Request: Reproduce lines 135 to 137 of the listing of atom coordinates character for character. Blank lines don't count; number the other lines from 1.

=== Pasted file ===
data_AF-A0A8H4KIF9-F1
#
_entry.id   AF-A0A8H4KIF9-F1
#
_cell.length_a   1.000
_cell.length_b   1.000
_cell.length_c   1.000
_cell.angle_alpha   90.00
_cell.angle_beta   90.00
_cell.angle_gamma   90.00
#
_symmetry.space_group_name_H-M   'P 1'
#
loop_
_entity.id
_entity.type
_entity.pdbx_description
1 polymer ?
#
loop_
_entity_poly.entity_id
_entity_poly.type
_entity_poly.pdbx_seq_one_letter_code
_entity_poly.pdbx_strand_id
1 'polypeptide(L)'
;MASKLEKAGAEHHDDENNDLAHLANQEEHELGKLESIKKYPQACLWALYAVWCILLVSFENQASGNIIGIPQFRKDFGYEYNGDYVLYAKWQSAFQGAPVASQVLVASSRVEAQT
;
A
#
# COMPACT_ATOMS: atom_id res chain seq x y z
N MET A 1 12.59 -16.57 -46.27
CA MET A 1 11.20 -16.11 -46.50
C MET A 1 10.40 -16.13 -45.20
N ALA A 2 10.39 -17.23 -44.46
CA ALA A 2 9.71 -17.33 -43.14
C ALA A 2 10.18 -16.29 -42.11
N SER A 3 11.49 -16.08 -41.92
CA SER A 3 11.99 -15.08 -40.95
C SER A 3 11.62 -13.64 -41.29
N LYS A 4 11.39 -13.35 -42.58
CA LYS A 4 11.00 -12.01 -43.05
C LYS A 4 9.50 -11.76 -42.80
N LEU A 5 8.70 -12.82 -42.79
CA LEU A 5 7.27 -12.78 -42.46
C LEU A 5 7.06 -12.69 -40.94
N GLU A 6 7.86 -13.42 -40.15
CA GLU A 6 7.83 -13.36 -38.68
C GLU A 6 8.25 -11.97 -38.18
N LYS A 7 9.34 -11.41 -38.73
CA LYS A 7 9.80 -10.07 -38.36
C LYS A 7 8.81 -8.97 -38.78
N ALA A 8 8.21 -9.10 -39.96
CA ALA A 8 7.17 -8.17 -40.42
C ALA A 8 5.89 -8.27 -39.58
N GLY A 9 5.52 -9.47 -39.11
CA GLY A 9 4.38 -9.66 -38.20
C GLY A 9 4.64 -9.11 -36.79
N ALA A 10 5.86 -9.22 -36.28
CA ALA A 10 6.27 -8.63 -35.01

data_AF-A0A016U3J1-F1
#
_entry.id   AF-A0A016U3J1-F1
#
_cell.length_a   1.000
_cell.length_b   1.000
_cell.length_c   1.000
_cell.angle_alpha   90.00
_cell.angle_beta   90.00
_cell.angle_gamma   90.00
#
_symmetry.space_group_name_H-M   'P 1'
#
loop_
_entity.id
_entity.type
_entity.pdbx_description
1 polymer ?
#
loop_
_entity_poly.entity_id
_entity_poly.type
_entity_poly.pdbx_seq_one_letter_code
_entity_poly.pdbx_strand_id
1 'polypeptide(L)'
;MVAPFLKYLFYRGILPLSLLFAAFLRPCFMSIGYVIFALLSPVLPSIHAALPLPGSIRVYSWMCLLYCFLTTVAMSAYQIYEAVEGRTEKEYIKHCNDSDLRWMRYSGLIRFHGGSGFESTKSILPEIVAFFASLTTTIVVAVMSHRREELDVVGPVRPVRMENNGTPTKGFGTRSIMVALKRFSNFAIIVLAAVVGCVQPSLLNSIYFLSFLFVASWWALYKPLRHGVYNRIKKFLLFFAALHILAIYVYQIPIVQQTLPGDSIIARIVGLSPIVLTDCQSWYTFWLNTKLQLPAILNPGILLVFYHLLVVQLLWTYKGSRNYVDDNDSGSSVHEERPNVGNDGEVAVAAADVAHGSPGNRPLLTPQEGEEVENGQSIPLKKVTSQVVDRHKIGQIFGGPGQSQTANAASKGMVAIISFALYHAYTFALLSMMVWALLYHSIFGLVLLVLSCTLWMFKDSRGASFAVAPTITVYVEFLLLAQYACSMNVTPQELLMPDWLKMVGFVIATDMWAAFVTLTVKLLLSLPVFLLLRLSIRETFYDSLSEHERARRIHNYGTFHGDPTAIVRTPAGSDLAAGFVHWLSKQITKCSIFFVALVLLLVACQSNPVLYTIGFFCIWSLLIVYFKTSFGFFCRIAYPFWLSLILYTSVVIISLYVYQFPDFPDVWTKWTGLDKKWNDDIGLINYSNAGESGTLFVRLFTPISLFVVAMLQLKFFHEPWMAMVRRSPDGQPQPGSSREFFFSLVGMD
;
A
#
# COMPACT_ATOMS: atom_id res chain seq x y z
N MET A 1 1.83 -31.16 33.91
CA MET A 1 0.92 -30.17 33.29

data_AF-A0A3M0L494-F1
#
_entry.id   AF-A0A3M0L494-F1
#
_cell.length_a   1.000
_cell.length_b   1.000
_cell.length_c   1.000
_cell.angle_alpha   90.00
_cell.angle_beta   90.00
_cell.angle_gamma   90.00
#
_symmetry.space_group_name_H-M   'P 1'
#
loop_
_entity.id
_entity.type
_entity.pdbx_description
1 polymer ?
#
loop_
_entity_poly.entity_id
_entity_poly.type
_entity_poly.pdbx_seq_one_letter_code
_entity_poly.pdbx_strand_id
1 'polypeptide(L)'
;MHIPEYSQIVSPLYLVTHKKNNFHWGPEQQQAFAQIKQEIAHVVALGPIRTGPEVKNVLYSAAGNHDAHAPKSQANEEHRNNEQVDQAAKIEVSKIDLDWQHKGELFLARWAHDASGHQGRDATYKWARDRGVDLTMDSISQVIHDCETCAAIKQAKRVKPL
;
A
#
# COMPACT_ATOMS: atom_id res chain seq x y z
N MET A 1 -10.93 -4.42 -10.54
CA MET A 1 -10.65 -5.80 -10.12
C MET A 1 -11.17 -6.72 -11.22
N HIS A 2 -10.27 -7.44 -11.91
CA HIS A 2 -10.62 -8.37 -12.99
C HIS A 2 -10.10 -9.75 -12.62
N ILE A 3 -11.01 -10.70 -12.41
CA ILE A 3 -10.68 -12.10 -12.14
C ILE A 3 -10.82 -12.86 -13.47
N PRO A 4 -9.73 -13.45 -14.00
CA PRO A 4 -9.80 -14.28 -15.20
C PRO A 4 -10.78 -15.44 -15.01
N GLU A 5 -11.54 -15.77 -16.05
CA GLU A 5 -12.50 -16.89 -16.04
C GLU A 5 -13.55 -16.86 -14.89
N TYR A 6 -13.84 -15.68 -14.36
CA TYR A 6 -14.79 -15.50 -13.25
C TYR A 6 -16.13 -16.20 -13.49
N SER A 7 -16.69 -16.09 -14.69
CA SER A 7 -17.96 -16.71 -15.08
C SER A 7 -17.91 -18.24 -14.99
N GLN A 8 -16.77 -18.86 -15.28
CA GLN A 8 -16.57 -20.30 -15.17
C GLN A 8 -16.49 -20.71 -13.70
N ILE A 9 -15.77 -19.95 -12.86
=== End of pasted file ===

CA GLU A 5 -12.50 -16.89 -16.04
C GLU A 5 -13.55 -16.86 -14.89
N TYR A 6 -13.84 -15.68 -14.36